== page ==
My friendship with Tom survived the collaborative process, but we both agreed not to push our luck, and we went on to write solo books. But the time has come for me to try this again.
Several writers wanted to team up with me, but I wanted someone who I knew I could trust and who I could boss around. So I picked my son, Alex. Turns out, I can’t boss him around – that stopped when he was about ten. But I can trust him to listen to the old man, and Alex is smart, energetic, and talented. Alex got his undergraduate degree at Yale, and I see a way to get some of my tuition money back. He has a Masters of Fine Arts at UCLA Film School, and he’s a terrific screenwriter and film editor which gives him a good understanding of how to plot and structure a novel, and how to create believable characters and great dialogue.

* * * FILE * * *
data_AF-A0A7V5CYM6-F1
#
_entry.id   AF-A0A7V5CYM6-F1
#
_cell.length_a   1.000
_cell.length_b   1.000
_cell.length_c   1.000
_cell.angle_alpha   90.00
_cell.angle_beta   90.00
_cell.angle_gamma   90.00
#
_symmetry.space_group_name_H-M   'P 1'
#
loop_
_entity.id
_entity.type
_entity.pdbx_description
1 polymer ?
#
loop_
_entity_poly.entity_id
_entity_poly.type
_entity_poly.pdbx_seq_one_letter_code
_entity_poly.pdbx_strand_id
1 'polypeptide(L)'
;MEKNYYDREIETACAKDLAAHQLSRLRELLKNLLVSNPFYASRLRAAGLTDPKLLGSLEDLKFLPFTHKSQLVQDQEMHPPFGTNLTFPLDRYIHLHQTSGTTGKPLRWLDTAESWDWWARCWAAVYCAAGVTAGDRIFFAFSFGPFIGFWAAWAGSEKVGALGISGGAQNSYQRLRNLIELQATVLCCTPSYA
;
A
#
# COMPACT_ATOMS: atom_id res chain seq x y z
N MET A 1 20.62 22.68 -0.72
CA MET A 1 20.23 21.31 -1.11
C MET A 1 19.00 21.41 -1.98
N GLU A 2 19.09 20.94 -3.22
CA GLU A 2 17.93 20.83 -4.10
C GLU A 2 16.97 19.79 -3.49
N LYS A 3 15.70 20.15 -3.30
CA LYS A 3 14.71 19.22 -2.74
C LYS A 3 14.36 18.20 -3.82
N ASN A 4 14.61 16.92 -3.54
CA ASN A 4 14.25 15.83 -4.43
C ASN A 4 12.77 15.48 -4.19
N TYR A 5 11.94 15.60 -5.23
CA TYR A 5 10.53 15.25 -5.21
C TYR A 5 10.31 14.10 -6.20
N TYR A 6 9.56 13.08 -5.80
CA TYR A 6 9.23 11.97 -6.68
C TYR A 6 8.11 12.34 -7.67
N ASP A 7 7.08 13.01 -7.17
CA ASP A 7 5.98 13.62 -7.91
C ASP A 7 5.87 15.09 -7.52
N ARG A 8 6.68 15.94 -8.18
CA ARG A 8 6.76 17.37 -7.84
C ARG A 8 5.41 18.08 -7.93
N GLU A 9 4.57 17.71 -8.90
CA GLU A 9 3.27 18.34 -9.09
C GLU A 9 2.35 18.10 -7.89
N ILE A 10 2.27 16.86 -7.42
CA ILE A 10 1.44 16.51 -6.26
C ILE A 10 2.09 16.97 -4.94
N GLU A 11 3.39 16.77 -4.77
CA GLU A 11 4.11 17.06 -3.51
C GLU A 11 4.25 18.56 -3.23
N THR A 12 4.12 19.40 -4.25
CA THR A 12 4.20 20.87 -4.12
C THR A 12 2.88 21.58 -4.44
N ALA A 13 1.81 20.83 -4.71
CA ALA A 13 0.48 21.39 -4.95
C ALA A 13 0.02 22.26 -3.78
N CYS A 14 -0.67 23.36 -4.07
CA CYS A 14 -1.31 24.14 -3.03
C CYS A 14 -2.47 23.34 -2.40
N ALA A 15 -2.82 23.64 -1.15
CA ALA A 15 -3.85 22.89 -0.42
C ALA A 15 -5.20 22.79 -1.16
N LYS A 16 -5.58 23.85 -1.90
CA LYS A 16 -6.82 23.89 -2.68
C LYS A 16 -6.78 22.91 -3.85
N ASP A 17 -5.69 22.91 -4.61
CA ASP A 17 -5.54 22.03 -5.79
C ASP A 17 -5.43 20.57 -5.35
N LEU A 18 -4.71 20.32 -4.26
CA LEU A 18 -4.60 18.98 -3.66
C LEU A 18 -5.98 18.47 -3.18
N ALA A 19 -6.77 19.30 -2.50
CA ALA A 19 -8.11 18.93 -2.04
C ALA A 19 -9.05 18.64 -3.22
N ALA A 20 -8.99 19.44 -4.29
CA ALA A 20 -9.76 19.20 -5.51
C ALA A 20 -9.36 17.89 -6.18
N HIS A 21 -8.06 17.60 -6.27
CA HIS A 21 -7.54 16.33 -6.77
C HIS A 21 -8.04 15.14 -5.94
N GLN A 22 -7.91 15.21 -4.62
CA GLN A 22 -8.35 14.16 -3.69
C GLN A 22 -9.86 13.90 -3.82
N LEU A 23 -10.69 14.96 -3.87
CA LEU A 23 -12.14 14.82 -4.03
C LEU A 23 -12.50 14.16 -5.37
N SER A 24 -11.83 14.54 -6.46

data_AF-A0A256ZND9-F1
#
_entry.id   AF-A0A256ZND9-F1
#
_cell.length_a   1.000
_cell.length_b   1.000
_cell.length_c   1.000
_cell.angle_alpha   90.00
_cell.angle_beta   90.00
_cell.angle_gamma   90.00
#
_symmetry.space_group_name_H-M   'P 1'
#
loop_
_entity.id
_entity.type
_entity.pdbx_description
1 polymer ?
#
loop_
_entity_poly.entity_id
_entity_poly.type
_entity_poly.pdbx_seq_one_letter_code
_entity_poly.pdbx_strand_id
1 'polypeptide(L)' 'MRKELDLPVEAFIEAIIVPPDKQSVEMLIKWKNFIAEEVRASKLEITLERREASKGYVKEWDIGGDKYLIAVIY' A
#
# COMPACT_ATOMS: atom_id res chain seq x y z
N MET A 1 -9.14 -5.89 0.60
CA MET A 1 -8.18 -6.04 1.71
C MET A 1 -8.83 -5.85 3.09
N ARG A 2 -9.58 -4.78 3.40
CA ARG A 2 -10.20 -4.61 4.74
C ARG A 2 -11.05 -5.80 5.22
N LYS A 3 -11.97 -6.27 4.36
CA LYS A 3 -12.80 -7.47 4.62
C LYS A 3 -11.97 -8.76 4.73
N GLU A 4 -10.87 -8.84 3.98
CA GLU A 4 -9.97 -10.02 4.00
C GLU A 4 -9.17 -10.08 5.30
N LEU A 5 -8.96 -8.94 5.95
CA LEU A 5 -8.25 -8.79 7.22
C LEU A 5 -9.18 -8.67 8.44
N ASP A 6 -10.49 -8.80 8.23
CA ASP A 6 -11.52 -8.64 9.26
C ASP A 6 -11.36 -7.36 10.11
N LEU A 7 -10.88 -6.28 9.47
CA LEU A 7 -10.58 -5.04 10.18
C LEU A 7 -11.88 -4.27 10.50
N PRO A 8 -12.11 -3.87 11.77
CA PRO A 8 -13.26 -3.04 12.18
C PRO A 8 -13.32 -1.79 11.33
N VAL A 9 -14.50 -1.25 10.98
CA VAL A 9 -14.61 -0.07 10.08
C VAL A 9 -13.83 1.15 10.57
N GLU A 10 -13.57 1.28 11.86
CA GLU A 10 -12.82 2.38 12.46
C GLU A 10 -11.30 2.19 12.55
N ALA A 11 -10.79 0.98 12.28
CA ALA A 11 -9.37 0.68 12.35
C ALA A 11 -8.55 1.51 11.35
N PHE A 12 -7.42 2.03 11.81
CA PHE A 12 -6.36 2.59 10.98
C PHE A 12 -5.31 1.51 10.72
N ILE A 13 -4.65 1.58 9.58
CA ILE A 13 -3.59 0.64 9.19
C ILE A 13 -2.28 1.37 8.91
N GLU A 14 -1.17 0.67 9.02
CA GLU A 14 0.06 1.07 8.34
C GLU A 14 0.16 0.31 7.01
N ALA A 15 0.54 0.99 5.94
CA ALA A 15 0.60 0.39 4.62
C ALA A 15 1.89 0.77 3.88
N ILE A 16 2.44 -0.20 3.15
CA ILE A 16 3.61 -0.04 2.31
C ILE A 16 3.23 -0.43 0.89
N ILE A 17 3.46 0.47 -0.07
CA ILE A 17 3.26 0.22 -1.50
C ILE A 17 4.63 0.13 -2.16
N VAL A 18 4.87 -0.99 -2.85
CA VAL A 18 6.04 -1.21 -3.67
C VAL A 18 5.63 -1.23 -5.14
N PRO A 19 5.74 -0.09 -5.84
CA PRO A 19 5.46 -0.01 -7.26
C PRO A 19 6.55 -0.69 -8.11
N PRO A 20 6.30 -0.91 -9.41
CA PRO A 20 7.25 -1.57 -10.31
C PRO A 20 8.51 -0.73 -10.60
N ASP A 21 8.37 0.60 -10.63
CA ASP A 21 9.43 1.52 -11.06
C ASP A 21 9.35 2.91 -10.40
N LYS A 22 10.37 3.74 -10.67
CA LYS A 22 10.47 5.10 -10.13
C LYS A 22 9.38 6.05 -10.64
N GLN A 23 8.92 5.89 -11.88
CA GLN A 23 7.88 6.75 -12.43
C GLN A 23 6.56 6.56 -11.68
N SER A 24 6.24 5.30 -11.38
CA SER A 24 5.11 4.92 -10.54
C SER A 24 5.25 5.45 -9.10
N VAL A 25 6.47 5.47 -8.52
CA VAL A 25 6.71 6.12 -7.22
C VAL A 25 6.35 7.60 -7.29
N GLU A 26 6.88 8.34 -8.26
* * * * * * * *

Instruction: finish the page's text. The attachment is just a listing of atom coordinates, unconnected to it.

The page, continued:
Alex’s student film, The Absence, won Best Film at Comic Con in 2012, and a short film that he edited, My Nephew Emmett, was nominated for an Oscar this year. It didn’t win, but the nomination was a big deal. Also, Alex wrote the screenplay for my novel, Spencerville, which is making the rounds in Hollywood.
So I offered Alex a job outside of his industry and he replied, “I’ll take it if you stop complaining about the Yale tuition.” We shook on it. And signed a contract.
So, what is this co-authored book about? It’s titled The Deserter, and it’s based very loosely on the Bowe Bergdahl case. That’s all I can reveal at this time.
So that’s what I’m working on. More as both books progress.
And now I’d like to recommend some good reading for Spring Break:
First, Chicago, by David Mamet, one of America’s greatest play and screenwriters. Chicago is a gripping and very well-written crime novel, set in 1920s Chicago. Check it out online or at your favorite bookstore. I loved it.